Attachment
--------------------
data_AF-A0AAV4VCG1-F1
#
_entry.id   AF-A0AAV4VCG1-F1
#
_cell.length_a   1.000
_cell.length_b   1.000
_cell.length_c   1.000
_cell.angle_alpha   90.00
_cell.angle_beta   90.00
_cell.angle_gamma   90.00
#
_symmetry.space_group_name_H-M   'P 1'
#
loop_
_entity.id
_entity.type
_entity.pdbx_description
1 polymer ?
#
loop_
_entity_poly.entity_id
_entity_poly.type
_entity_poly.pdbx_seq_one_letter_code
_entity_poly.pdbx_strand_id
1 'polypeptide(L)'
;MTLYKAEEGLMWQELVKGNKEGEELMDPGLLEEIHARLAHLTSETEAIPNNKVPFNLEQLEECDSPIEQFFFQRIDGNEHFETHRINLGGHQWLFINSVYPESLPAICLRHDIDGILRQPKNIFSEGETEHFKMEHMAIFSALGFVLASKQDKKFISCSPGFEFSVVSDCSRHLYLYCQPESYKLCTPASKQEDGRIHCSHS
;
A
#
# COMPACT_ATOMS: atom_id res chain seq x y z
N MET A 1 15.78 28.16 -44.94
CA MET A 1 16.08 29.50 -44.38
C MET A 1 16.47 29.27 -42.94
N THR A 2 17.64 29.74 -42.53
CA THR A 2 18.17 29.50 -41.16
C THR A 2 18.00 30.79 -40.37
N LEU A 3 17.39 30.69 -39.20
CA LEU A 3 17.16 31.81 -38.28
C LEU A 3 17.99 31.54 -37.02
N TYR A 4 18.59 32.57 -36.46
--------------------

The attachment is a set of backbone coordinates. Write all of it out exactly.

data_AF-A0AAV4VCG1-F1
#
_entry.id   AF-A0AAV4VCG1-F1
#
_cell.length_a   1.000
_cell.length_b   1.000
_cell.length_c   1.000
_cell.angle_alpha   90.00
_cell.angle_beta   90.00
_cell.angle_gamma   90.00
#
_symmetry.space_group_name_H-M   'P 1'
#
loop_
_entity.id
_entity.type
_entity.pdbx_description
1 polymer ?
#
loop_
_entity_poly.entity_id
_entity_poly.type
_entity_poly.pdbx_seq_one_letter_code
_entity_poly.pdbx_strand_id
1 'polypeptide(L)'
;MTLYKAEEGLMWQELVKGNKEGEELMDPGLLEEIHARLAHLTSETEAIPNNKVPFNLEQLEECDSPIEQFFFQRIDGNEHFETHRINLGGHQWLFINSVYPESLPAICLRHDIDGILRQPKNIFSEGETEHFKMEHMAIFSALGFVLASKQDKKFISCSPGFEFSVVSDCSRHLYLYCQPESYKLCTPASKQEDGRIHCSHS
;
A
#
# COMPACT_ATOMS: atom_id res chain seq x y z
N MET A 1 15.78 28.16 -44.94
CA MET A 1 16.08 29.50 -44.38
C MET A 1 16.47 29.27 -42.94
N THR A 2 17.64 29.74 -42.53
CA THR A 2 18.17 29.50 -41.16
C THR A 2 18.00 30.79 -40.37
N LEU A 3 17.39 30.69 -39.20
CA LEU A 3 17.16 31.81 -38.28
C LEU A 3 17.99 31.54 -37.02
N TYR A 4 18.59 32.57 -36.46